Water Quality in Alluvial Aquifers of the Southern Rocky ... 2 Water Quality in Alluvial Aquifers

download Water Quality in Alluvial Aquifers of the Southern Rocky ... 2 Water Quality in Alluvial Aquifers

of 72

  • date post

    08-Sep-2018
  • Category

    Documents

  • view

    212
  • download

    0

Embed Size (px)

Transcript of Water Quality in Alluvial Aquifers of the Southern Rocky ... 2 Water Quality in Alluvial Aquifers

  • U.S. GEOLOGICAL SURVEY

    Water-Resources Investigations Report

    Water Quality in Alluvial Aquifers of theSouthern Rocky Mountains PhysiographicProvince, Upper Colorado River Basin,Colorado, 1997

    By Lori E. Apodaca and Jeffrey B. Bails

    Denver, Colorado2000

    99 4222

  • U.S. DEPARTMENT OF THE INTERIORBRUCE BABBITT, Secretary

    U.S. GEOLOGICAL SURVEY

    Charles G. Groat, Director

    The use of firm, trade, and brand names in this report is for identification purposes only and doesnot constitute endorsement by the U.S. Geological Survey.

    For additional information write to: Copies of this report can be purchased

    U.S. Geological SurveyInformation ServicesBox 25286Federal CenterDenver, CO 80225

    from:

    District ChiefU.S. Geological SurveyBox 25046, Mail Stop 415Denver Federal CenterDenver, CO 802250046

  • III

    The mission of the U.S. Geological Survey (USGS) is to assess the quantity and quality of the earthresources of the Nation and to provide information that will assist resource managers and policymakers atFederal, State, and local levels in making sound decisions. Assessment of water-quality conditions and trends isan important part of this overall mission.

    One of the greatest challenges faced by water-resources scientists is acquiring reliable information thatwill guide the use and protection of the Nations water resources. That challenge is being addressed by Federal,State, interstate, and local water-resource agencies and by many academic institutions. These organizations arecollecting water-quality data for a host of purposes that include: compliance with permits and water-supplystandards; development of remediation plans for a specific contamination problem; operational decisions onindustrial, wastewater, or water-supply facilities; and research on factors that affect water quality. An additionalneed for water-quality information is to provide a basis on which regional and national policy decisions can bebased. Wise decisions must be based on sound information. As a society we need to know whether certain typesof water-quality problems are isolated or ubiquitous, whether there are significant differences in conditionsamong regions, whether the conditions are changing over time, and why these conditions change from place toplace and over time. The information can be used to help determine the efficacy of existing water-quality policiesand to help analysts determine the need for and likely consequences of new policies.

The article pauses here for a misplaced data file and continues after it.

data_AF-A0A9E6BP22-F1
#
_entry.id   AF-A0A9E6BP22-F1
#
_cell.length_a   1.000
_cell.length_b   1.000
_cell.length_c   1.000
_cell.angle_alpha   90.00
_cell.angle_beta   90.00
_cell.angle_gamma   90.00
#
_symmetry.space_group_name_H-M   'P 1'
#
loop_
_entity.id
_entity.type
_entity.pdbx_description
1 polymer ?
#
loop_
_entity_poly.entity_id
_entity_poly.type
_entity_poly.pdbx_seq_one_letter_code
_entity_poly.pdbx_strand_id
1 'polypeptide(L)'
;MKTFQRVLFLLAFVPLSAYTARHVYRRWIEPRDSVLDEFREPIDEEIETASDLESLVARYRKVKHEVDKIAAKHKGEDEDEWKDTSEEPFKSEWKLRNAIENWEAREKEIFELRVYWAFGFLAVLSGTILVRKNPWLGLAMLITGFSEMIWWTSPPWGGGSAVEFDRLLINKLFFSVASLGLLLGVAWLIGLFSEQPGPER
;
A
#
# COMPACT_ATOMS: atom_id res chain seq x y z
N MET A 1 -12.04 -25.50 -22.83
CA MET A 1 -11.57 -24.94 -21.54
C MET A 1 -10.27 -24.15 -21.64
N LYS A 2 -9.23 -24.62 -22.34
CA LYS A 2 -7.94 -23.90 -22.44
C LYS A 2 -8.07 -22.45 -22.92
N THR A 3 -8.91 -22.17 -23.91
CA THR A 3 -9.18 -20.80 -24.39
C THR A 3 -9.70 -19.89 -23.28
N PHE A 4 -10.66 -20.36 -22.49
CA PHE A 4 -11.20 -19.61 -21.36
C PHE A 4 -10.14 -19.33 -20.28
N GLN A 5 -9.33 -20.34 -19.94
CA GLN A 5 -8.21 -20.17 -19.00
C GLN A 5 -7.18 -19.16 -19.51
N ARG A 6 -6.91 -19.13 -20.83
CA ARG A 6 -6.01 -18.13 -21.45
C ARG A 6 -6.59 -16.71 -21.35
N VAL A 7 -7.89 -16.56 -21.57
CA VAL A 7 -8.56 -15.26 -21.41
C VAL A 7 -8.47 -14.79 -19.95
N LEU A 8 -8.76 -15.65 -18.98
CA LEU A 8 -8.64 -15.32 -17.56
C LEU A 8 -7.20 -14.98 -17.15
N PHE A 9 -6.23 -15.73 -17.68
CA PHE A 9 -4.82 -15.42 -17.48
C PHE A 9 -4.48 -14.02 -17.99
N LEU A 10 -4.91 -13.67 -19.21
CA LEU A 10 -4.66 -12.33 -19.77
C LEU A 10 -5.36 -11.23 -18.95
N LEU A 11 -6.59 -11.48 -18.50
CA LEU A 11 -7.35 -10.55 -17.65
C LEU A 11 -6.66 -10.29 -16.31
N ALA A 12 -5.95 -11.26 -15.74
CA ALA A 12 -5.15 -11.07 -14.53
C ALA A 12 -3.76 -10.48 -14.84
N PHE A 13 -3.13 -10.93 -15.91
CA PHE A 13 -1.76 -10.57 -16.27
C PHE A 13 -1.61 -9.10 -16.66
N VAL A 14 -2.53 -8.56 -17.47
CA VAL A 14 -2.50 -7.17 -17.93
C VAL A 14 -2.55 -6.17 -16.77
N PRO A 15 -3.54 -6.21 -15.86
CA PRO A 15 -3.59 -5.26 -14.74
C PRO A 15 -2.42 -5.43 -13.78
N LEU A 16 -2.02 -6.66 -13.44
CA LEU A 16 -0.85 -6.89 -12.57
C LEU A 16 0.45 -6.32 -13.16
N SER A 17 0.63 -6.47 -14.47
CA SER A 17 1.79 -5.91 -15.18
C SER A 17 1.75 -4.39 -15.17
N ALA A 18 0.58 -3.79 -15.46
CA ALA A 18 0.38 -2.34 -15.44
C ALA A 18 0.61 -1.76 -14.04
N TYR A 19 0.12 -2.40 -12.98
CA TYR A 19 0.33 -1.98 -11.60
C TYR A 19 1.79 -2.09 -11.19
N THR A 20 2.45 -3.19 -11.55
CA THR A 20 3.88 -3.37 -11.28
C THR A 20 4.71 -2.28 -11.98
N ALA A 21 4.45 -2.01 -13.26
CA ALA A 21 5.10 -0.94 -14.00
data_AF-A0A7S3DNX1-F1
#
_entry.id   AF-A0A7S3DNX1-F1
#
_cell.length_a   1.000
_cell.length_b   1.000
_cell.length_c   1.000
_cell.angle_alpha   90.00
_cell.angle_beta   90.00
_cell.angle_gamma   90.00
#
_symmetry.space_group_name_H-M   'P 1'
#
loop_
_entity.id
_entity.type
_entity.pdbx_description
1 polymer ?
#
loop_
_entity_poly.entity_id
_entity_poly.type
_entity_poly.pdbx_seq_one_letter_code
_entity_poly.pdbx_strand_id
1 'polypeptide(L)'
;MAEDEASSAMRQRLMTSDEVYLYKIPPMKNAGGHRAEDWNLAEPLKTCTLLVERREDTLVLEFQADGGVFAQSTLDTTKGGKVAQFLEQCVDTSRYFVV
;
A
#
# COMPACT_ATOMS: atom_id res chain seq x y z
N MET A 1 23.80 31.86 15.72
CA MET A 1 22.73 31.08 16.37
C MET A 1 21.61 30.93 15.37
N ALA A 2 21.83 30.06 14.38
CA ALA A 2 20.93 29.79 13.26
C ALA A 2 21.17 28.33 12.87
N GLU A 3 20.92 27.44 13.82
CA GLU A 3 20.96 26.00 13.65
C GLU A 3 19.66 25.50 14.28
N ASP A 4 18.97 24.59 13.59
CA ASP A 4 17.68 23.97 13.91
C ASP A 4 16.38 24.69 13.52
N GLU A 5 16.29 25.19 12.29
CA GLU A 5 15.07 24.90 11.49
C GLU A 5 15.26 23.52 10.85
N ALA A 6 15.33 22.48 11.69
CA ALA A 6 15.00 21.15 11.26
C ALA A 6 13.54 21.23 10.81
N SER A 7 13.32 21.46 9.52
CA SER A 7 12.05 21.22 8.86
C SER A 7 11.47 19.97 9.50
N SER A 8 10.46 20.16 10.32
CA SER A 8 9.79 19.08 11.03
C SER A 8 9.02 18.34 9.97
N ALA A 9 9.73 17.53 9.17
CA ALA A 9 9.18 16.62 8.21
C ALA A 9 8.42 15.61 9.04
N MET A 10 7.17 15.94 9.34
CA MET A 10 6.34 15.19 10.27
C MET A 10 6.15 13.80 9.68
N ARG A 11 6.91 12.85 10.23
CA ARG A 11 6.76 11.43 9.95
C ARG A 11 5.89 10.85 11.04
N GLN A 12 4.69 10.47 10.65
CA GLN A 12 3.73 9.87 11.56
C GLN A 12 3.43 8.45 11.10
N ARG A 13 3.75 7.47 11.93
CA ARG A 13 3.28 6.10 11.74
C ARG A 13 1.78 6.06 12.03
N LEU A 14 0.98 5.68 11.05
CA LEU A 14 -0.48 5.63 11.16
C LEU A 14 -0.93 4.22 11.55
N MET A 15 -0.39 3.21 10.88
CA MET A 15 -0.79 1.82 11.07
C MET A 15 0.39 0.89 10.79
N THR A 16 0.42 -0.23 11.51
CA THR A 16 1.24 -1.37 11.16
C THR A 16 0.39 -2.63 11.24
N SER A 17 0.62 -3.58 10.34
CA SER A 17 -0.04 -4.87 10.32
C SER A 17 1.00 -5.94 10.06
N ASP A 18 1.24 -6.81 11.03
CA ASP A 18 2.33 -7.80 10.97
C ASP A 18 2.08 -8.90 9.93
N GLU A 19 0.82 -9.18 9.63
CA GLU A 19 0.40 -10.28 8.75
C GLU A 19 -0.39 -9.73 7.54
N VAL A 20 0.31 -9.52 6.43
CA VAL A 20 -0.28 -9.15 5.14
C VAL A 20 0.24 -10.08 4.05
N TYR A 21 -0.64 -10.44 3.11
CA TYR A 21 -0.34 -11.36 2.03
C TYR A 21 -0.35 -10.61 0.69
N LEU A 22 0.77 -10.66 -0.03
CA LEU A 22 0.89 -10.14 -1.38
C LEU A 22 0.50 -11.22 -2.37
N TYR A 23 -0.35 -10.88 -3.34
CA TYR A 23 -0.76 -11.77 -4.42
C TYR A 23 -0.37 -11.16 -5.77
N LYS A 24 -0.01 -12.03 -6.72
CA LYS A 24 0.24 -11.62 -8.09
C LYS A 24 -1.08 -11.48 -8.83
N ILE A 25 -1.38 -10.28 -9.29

To address these needs, the Congress appropriated funds in 1986 for the USGS to begin a pilot program inseven project areas to develop and refine the National Water-Quality Assessment (NAWQA) Program. In 1991,the USGS began full implementation of the program. The NAWQA Program builds upon an existing base ofwater-quality studies of the USGS, as well as those of other Federal, State, and local agencies. The objectives ofthe NAWQA Program are to:

    Describe current water-quality conditions for a large part of the Nations freshwater streams, rivers,and aquifers.

    Describe how water quality is changing over time.Improve understanding of the primary natural and human factors that affect water-quality conditions.

    This information will help support the development and evaluation of management, regulatory, and monitoringdecisions by other Federal, State, and local agencies to protect, use, and enhance water resources.

    The goals of the NAWQA Program are being achieved through ongoing and proposed investigations of 59of the Nations most important river basins and aquifer systems, which are referred to as study units. These studyunits are distributed throughout the Nation and cover a diversity of hydrogeologic settings. More than two-thirdsof the Nations freshwater use occurs within the 59 study units, and more than two-thirds of the people served bypublic water-supply systems live within their boundaries.

    National synthesis of data analysis, based on aggregation of comparable information obtained from thestudy units, is a major component of the program. This effort focuses on selected water-quality topics usingnationally consistent information. Comparative studies will explain differences and similarities in observedwater-quality conditions among study areas and will identify changes and trends and their causes. The first topicsaddressed by the national synthesis are pesticides, nutrients, volatile organic compounds, and aquatic biology.Discussions on these and other water-quality topics will be published in periodic summaries of the quality of theNations ground and surface water as the information becomes available.